The modern summer blockbuster has come to mean a movie with a ton of action, and a barrage of explosions topped off with awe-inspiring special effects. World War Z is no different. In fact if those elements were all that was needed to make a great movie, World War Z would be one of the best.
World War Z is visually stunning with some of the best special effects money can buy. The shot of thousands of zombies piling on top of one and other to get over the top of a massive wall and into one of the last safe enclaves on Earth is as breathtaking as it is horrifying. This zombie behavior is such that we have not seen on screen before and it could be the stuff of which nightmares are made. But if you expect more from the movie than things that go boom and cool computer graphics, World War Z absolutely disappoints.
Zombie movies, like any other genre, should be about telling a great story. That story can be funny, suspenseful or horrific but the best stories are character driven. WWZ opted out of all of these choices. In an effort to secure Hollywood’s current ‘holy grail,’ the PG-13 rating, every choice was watered down, every punch was pulled. Most of what could have added to the horror took place just off screen, unseen by the audience. There was no suspense built because every zombie attack happens just when you expect it to and in the way you expect. As for comedy, there are a few laughs, but mostly due to asinine plot holes and terrible dialogue.
Since director Marc Forster opted out of making a horror movie, a suspenseful thriller or a comedy, that just leaves a character driven drama. This would have been a great concept; however, the characters were all two-dimensional, stock characters who show absolutely no ability to grow. Brad Pitt takes this opportunity to recall some of his earlier acting styles and portrays his character with just one emotion. Pitt in the role of Gerry Lane, a retired UN spy, shows no passion, anger, humor, angst, desperation or even boredom; Lane is just some guy doing a job. And when that job is done, he is the same guy he was when he started. He did not grow in any way or learn anything about himself because WWZ is not about characters; it is about eye poping special effects and some neat makeup.
—– Spoiler Alert—-
All of this would be forgivable if there were an interesting plot to tie it all together. WWZ uses a ridiculous conceit that, of course, we can cure any viral infection if we can just find “patient zero.” So they find the one true bad-ass secret agent, who had to be pulled from retirement (because aren’t ALL the best secret agents retired at 40?), and send him out to find the origin of the virus. There is a reference to some incident which convinced Lane to ‘get out of the game,’ but we never find out what it was. (Hate to add unneeded dimensionality to the character) This mission implodes at the first stop when the one and only virologist on the planet who can make a cure gets whacked, but our hero keeps going. Lane chases clues to finding “Patient zero” all over the globe.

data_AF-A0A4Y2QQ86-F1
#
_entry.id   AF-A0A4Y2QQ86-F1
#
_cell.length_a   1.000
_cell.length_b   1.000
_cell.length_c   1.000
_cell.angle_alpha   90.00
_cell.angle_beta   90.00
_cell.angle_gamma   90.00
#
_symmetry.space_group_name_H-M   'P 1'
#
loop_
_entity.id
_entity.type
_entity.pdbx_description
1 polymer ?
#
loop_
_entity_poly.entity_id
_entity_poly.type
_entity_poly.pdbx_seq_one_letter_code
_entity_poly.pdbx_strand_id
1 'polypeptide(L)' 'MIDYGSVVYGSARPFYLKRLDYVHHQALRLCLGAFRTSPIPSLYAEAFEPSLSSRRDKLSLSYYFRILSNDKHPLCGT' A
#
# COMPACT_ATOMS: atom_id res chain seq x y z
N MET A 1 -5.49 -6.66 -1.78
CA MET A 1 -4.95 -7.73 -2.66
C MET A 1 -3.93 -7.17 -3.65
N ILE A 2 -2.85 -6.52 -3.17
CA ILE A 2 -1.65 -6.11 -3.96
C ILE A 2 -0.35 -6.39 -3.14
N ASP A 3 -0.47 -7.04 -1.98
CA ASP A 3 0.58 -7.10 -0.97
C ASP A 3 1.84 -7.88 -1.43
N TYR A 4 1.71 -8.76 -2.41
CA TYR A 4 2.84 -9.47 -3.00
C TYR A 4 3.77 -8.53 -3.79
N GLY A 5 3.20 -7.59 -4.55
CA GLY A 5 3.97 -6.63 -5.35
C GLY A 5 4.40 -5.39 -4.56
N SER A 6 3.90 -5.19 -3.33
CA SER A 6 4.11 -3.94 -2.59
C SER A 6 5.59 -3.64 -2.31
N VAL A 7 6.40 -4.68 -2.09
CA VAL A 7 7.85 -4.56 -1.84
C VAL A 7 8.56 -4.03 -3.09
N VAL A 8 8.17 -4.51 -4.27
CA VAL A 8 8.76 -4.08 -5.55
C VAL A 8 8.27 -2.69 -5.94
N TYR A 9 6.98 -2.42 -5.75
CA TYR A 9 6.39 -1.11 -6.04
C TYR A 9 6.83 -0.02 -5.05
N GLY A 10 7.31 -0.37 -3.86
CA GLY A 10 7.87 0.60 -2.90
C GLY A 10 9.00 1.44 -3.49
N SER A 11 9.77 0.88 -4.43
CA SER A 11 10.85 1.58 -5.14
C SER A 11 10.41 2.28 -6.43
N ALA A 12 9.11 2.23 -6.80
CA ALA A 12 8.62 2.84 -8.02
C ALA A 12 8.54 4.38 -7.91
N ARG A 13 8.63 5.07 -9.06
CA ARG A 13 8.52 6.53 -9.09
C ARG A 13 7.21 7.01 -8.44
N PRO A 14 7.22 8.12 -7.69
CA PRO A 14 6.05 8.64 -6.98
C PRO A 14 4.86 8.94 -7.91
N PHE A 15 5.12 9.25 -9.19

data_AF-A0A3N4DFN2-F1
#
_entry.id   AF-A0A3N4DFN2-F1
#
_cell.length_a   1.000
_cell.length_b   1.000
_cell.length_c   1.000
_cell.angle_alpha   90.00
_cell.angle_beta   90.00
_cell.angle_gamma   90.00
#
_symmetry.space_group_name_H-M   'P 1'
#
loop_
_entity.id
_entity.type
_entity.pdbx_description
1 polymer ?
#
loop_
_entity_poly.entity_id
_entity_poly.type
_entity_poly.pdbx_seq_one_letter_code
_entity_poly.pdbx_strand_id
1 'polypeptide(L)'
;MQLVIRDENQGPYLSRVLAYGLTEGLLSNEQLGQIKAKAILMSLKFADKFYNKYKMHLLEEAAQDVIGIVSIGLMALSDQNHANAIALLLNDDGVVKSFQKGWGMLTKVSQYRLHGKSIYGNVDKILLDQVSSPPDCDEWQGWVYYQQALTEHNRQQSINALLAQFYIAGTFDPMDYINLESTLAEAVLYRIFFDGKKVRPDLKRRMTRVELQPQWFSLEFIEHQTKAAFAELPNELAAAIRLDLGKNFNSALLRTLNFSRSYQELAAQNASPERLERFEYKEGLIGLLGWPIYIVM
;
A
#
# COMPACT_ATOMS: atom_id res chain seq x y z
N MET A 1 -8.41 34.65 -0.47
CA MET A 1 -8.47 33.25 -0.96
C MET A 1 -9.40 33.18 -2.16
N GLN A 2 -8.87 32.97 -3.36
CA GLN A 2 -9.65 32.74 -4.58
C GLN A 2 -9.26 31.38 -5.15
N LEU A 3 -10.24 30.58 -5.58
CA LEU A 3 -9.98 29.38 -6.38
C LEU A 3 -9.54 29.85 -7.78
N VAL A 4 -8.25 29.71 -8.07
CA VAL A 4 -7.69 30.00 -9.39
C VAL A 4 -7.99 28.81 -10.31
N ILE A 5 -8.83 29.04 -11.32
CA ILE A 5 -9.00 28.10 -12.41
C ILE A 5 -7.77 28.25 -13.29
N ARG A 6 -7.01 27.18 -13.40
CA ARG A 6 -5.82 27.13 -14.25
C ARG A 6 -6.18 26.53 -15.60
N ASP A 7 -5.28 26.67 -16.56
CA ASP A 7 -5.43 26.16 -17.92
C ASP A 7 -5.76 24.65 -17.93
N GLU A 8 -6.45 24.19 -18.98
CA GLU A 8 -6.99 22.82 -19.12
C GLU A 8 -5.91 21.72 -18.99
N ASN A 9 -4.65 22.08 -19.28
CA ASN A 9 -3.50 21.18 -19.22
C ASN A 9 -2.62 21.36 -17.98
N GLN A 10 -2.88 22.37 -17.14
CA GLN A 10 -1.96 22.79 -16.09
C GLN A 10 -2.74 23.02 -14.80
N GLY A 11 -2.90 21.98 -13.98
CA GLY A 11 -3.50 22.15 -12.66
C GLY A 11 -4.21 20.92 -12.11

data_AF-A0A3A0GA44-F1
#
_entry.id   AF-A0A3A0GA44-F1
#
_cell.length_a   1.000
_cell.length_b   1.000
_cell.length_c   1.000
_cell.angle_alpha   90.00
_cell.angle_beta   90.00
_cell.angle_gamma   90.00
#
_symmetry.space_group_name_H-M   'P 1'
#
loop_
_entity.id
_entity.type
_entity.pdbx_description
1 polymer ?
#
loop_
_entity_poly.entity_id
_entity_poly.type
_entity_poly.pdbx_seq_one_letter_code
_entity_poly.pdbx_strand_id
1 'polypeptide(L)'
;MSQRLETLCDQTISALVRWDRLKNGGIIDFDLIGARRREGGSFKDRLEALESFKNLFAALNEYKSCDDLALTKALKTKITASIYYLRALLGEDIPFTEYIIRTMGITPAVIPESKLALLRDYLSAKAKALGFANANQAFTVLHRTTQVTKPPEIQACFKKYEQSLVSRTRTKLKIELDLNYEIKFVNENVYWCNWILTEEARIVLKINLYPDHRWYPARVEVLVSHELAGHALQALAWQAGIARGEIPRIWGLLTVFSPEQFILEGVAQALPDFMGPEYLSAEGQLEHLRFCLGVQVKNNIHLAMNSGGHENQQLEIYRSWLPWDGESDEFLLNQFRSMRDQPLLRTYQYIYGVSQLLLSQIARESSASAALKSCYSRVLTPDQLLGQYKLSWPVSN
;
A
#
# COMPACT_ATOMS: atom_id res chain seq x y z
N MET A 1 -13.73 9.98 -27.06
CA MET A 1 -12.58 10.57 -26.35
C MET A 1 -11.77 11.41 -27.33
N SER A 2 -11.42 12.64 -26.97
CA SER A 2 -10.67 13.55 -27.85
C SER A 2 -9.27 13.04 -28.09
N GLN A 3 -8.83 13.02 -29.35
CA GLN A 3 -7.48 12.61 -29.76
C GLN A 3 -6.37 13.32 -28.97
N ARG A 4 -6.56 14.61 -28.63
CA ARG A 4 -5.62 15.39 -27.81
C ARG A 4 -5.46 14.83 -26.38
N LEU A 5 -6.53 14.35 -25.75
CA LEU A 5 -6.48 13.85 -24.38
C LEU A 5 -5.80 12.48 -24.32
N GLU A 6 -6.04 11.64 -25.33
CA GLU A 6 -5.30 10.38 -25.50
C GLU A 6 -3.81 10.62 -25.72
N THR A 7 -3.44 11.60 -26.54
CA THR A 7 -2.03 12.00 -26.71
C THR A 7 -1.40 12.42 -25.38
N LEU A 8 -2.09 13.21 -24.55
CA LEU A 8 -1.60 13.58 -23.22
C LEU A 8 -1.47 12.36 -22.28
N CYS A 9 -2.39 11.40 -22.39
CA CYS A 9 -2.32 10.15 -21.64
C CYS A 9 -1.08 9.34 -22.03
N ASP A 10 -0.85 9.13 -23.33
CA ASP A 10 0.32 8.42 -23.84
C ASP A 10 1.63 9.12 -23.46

Early on we learn that zombies are attracted to sound and very attracted to loud sounds. But nobody thinks to use sound to herd the pesky little critters into holding pens or some big zombie grinder. Even in the climactic scene when Lane is attempting to infiltrate a zombie infested building, nobody thinks to use the phone system to attract the zombies away from the areas our hero is headed into.
During his world tour, Lane notices there are some people who the zombies do not attack. All of these people are very slow moving or not moving at all. So of course, based on no other information than this observation, from a distance, Lane assumes each of these people had a terminal bacterial infection so the zombie virus found them to be unacceptable as a host. Of course it is not that the undead zombies are fooled by objects that stand still; it is that their virus can tell if you have an infection! The long sought after solution to this zombie apocalypse is to give every person on the planet a terminal disease! Nothing could go wrong with that.
The saving grace of this movie is the outstanding visual effects. But every second worth seeing is in the trailer. Save yourself two hours and ten bucks just watch the trailer, at least it doesn’t have plot holes you can drive a truck through.
My apologies for the spoilers, but really, this film was spoiled the moment Forster shouted “Roll ‘em!”